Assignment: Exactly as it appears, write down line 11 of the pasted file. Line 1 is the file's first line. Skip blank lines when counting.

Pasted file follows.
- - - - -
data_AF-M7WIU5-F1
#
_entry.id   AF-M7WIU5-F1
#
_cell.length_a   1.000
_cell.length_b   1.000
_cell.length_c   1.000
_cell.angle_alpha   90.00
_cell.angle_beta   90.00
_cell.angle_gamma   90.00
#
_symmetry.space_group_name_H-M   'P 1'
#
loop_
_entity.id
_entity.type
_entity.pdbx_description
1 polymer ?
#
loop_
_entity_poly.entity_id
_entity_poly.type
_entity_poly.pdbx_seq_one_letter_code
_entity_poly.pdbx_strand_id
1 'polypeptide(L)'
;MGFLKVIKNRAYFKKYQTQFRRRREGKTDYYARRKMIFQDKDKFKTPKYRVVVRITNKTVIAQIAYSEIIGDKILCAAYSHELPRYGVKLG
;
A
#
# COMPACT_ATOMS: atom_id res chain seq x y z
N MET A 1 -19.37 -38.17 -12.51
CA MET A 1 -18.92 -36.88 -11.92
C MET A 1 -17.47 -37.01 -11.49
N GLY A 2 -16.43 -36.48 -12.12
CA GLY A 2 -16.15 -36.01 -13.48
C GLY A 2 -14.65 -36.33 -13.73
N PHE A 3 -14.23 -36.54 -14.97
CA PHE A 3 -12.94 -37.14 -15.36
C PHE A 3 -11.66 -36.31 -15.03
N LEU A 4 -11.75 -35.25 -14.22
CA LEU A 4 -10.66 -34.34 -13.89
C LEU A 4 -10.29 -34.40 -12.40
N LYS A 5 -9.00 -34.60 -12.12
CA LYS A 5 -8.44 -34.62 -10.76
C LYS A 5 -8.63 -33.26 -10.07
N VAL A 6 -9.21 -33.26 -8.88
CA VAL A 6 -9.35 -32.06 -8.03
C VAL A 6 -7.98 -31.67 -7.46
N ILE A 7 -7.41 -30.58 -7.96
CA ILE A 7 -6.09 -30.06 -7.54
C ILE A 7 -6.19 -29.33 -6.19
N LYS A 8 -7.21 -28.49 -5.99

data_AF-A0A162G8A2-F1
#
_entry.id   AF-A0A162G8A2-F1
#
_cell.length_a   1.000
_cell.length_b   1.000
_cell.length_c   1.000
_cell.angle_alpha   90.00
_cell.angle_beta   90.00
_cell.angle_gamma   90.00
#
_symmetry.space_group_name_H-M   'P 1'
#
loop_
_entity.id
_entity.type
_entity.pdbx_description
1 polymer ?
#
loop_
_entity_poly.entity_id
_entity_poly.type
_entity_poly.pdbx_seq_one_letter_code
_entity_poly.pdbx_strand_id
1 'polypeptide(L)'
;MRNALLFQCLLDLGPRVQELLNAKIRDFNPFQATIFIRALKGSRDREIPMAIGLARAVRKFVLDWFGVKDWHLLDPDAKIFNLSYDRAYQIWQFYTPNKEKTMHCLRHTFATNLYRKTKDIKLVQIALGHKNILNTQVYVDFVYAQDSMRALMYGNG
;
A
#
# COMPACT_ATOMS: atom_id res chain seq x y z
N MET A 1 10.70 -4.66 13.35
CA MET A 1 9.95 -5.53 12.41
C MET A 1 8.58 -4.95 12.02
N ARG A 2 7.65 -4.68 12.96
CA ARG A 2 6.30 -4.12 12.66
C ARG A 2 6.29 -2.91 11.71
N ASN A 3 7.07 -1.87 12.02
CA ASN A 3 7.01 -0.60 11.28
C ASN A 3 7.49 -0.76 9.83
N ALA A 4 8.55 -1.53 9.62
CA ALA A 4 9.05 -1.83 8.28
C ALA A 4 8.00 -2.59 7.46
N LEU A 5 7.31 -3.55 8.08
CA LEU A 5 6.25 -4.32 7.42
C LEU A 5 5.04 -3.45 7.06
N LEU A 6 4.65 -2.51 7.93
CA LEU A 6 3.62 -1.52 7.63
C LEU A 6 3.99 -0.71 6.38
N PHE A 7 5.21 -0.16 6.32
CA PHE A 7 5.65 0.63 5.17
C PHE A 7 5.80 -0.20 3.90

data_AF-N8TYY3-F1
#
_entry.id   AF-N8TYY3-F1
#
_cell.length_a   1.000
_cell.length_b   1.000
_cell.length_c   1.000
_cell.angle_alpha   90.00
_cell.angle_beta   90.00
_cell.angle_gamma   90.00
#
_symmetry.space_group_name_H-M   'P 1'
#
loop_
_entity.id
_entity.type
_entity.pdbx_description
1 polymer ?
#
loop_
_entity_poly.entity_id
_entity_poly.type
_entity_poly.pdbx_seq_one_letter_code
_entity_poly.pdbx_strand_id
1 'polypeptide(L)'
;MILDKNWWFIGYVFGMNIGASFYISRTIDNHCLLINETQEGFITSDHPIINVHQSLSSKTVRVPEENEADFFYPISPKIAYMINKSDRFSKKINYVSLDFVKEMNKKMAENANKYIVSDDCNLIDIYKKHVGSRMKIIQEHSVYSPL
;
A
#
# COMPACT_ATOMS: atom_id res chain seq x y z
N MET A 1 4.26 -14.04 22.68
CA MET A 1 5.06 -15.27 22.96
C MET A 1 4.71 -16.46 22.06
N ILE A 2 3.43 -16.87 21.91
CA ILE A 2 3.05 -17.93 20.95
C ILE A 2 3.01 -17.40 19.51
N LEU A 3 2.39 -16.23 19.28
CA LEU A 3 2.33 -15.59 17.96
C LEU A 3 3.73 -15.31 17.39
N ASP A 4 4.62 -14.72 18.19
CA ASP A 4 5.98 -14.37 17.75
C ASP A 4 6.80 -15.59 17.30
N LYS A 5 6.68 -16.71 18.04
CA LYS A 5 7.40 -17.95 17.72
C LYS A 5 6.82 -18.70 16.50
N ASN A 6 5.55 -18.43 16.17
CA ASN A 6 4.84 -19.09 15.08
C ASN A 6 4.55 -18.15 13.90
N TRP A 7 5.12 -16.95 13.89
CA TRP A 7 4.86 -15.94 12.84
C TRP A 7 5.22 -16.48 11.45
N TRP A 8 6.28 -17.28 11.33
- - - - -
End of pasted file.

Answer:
#